the result in a variable called BelowFreezing.

BelowFreezing = Application.COUNTIF(Sheets("Sheet1")
                         .Range("B2:B100"), "<0")


Counting over Scattered Cells

The COUNTIF function checks to see if the specified cells 
meet one condition.  You can use cell references as in 
our example, or a named range. The range of cells can 
spread several rows and columns, but must be contiguous: 
=COUNTIF(A2,A4,A6,"<0") won't work. However, you can 
sum COUNTIF functions to get the required result. 


Having a Cell Contain the Condition

In our examples we have entered our conditions as numbers. 
You could instead use a cell reference. In this example 
the cell C1 holds the numerical part of the condition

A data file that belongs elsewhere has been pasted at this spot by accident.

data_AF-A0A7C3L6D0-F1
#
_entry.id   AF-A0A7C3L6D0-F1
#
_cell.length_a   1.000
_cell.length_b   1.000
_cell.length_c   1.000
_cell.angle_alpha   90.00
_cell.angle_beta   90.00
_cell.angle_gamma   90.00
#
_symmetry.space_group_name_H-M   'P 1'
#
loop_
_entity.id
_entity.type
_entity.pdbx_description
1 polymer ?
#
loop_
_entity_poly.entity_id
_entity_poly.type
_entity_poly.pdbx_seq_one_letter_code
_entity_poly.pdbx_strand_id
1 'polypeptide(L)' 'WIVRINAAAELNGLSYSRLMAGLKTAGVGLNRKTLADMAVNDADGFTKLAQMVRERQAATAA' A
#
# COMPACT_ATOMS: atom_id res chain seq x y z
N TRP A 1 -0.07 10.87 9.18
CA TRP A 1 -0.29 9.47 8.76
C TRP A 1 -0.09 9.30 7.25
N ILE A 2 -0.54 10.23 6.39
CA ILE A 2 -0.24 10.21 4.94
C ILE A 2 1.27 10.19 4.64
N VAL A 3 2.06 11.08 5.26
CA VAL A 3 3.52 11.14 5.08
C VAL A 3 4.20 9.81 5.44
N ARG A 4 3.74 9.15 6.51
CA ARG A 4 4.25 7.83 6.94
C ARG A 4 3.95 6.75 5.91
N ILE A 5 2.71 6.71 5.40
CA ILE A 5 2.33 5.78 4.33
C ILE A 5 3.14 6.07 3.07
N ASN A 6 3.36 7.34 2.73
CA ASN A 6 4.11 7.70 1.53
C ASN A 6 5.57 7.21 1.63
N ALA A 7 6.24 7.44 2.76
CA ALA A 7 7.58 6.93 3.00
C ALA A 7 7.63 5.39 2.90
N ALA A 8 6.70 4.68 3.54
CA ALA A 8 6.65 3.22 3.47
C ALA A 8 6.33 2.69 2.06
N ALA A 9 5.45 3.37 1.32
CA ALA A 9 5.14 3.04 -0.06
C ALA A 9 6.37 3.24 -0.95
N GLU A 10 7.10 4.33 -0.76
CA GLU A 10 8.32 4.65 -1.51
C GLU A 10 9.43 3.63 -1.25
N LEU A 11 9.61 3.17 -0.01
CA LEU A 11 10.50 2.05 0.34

(the operand).

Note the less than symbol is enclosed in inverted commas 
and the &  sign which precedes the cell reference.


Counting against more than one Condition
With COUNTIF you cannot count against more than one 
condition: such as the number of times both the 
temperature was over 0 oC and the humidity was below 
50%.  Instead you could use DCOUNT, an 
array formula or a 
Pivot table.  More on these in future issues. 

For more tips on using Excel for data acquisition and 
analysis see and

DAQ News Roundup

Welcome to our roundup of the data acquisition and 
control news.  If you would like to receive more 
timely DAQ news updates then grab our RSS newsfeed 
at  Read for notes
on how to display the news on your own web site, 
read it via e-mail, mobile phone or a newsfeed viewer.

Divers make precision measurements   
   A new underwater sensing device can operate at depths 
   of 25 m.  The device can accommodate pH, oxygen and 
   hydrogen sulphide microsensors. The system can be pre-
   programmed to autonomous operation or interactively 
   operated by SCUBA divers. Internal batteries supply